Vol. 12, No. 3,009 - The American Reporter - October 19, 2006

Hominy & Hash

by Constance Daley
American Reporter Correspondent
St. Simons Island, Ga.

Printable version of this story

ST. SIMONS ISLAND, Ga. -- The first time I heard the word was when Dr. Steinman referred to me as "the ubiquitous Mrs. Daley." I didn't have a clue what he meant.

Normally, I can instantly break a word down into syllables and have a general idea, but "ubiquitous" escaped me. I tried for a fast save by smiling shyly and saying, "Well, I wouldn't say that."

He got wide-eyed and said, "I don't see why not. You are everywhere, after all." Hmm, that's a clue, I thought. He then started counting on his fingers: "I saw you at the mall, I saw you in the lobby at the movies, I saw you in Giant Eagle, I saw you in the parking lot - yes, I think I can safely call you 'the ubiquitous Mrs. Daley' without fear of contradiction." I smiled again and said, "Well, Dr. Steinman, if the shoe fits, I guess I'll wear it."

The next time I was left in the intellectual dark was during a meeting where nothing could be settled. One gentleman said: "I have better things to do than participate in this contretemps. I'm leaving." "Oh, don't. We'll be good. Let's settle it," the others said in unison, while I said nothing. I had to race to my dictionary at the first opportunity. How did all the others know the meaning and not I?

When I did grasp the meaning and fit it into his words as he did, I could only wonder why he would use contretemps instead of quarrel or disagreement or one of the other more common words for our squabbling, like dispute.

It is French, pronounced kon'tre tan, and its origin is a fencing term that means inappropriate thrust. In my older and wiser self I now see him as the thruster - quite inappropriately - while we were just a committee of members with disparate views trying to reach a consensus in the good old American way: a healthy argument.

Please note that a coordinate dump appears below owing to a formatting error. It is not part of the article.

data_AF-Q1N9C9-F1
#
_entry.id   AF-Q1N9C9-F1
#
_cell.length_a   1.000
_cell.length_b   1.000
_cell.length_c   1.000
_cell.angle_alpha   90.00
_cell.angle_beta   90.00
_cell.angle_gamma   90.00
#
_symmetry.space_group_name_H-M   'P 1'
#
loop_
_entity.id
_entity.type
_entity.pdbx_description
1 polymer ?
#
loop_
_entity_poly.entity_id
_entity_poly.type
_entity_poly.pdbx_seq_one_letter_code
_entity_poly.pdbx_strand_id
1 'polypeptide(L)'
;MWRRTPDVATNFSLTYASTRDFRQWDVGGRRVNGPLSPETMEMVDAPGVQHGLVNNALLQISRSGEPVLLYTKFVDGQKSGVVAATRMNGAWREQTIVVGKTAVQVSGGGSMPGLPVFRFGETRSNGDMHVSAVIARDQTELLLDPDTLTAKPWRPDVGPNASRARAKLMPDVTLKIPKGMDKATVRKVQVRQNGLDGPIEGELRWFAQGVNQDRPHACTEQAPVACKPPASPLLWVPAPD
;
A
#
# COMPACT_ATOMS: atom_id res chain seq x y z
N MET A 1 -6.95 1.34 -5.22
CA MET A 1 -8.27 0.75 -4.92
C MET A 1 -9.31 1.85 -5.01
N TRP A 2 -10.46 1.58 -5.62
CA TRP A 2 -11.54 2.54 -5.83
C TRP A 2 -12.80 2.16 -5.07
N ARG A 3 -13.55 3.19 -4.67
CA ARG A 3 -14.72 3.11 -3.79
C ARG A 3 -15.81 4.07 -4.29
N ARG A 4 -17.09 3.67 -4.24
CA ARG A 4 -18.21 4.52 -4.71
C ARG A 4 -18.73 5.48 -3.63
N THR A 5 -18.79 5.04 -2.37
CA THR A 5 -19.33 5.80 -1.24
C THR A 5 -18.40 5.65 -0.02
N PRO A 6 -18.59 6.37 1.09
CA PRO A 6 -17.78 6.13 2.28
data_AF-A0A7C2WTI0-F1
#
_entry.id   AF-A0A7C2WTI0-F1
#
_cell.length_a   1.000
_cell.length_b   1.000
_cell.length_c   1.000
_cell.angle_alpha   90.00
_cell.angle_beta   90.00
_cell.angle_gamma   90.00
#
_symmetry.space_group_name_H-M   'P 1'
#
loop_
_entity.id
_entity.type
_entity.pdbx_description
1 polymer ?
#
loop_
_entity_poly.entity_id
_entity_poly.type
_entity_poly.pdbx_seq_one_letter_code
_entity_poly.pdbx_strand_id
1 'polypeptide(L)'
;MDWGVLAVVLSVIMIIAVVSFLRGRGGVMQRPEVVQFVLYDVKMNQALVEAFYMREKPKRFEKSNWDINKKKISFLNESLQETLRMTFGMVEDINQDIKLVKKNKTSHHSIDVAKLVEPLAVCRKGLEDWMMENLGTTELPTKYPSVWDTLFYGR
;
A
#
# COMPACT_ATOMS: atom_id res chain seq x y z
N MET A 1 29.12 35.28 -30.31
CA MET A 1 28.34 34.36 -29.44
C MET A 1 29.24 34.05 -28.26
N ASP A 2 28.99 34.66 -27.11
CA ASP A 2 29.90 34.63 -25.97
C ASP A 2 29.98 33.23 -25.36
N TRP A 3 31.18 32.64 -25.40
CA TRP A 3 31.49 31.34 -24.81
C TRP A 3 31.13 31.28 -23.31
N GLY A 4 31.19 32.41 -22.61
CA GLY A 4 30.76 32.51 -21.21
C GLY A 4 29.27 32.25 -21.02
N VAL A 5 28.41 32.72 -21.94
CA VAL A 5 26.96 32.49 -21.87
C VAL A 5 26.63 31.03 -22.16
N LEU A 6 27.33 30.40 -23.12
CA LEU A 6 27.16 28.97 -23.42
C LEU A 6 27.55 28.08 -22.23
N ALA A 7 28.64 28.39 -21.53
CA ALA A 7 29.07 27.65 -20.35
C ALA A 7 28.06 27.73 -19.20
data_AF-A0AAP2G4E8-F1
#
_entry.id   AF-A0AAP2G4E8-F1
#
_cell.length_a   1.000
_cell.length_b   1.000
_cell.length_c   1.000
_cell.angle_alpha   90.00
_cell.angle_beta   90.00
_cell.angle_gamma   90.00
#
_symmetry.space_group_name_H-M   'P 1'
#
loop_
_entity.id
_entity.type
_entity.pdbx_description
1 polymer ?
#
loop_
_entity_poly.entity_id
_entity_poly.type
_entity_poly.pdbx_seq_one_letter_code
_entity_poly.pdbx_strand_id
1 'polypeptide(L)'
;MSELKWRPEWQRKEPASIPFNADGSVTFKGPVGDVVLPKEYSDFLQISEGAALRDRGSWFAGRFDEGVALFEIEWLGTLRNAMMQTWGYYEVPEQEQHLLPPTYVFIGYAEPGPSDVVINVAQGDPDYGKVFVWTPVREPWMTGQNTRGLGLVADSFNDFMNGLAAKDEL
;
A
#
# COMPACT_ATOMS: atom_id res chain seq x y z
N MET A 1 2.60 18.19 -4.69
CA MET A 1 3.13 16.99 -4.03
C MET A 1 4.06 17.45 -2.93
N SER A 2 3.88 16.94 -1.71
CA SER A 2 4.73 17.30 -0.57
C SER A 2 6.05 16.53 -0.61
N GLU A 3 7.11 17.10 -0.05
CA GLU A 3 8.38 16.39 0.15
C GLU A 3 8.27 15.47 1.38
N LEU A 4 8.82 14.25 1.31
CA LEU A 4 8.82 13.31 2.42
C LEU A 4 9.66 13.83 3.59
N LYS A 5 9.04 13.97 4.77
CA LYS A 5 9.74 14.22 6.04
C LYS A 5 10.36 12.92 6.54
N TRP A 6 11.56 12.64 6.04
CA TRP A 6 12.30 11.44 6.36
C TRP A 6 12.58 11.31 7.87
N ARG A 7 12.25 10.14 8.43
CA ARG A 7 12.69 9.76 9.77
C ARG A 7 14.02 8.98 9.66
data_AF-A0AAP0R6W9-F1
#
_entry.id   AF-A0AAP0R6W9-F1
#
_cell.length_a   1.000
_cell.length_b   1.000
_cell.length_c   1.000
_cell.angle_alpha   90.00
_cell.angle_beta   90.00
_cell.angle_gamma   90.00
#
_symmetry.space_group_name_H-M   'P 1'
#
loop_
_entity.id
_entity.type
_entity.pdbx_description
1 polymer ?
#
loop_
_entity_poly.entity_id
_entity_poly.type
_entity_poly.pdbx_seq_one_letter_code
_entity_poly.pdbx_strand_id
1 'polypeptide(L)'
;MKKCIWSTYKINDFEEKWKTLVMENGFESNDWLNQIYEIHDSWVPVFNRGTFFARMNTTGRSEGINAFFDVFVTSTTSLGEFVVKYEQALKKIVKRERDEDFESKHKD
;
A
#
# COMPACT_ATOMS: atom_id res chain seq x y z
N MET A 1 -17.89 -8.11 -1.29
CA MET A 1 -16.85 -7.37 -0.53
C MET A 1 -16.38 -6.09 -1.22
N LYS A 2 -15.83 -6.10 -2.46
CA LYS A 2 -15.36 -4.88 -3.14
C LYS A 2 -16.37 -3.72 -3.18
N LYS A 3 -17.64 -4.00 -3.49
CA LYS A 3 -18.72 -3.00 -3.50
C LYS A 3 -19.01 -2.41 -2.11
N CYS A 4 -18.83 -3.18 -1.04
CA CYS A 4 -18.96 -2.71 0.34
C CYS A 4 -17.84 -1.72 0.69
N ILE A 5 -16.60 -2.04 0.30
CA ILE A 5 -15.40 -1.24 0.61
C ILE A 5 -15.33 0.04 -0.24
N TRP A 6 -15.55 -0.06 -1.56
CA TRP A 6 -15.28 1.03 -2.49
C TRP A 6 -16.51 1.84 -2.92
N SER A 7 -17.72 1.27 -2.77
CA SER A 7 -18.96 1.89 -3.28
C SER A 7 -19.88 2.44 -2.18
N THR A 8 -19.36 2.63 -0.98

I have reached a point where I wouldn't consider myself limited linguistically, and yet there are times I do realize I don't know what someone is talking about; worse, I wonder what I'm talking about when I listen to or spout off in computerese.

I've used the expression "devil's advocate" and played the part in a number of conversations and arguments without really, really, knowing its origin. How did I know that the official "Devil's Advocate" was "a canon lawyer appointed by the Church to argue against the canonization of a candidate to sainthood." Although the centuries-old position was abolished by the Pope in 1983, the term lives on as verbal shorthand whenever a conversation turns into a debate. That part, I knew!

I remember when hyperventilating was the common response to stress and people were talking about breathing into a paper bag. But back in the sixties the expression was new to me, and when I found myself in that distressing situation, someone said: "You're hyperventilating."

As I tried to control my breathing apparatus I gasped out: "No, I'm not hyperventilating, I just can't catch my breath." (Laughter all around.)

Helen told me about her walk through Central Park looking for the carousel. As she went down one lane and then another, she became more and more excited; her aunt was encouraging the excitement and when they finally rounded the proper corner, there it was. "That's not a carousel, Auntie, lisped Helen, "that's my Merry-Go-Round."

When I was about that age I was asked if I went to parochial school. "No," I said, somewhat perplexed, "I go to Cat'lick school."

It was a long time before I learned not to answer a rhetorical question.

And, the word became clear when someone asked how I handled the "exigencies" of having many children, car pools, lessons, sports schedules, diapers laundry, homework, meals, every day. (I knew it was a rhetorical question.) If I had been asked "How do you handle these exigencies?" without his listing them, I would not have guessed he meant the course of my hectic day. And, even that list pales next to what my daughters do; I didn't have to factor in their additional exigency - "getting to work on time."

At some time in our lives we feel absolutely "euphoric." When I first heard it, I scurried to Webster's and discovered its meaning, derived from French, is "borne well." Somehow that has been translated into what we know as a certain feeling, having nothing whatsoever to do with the circumstances of our birth. When you are in the state of euphoria, how, when and where you were born is surely a moot point.

Moot. Don't you love it?

Copyright 2006 Joe Shea The American Reporter. All Rights Reserved.

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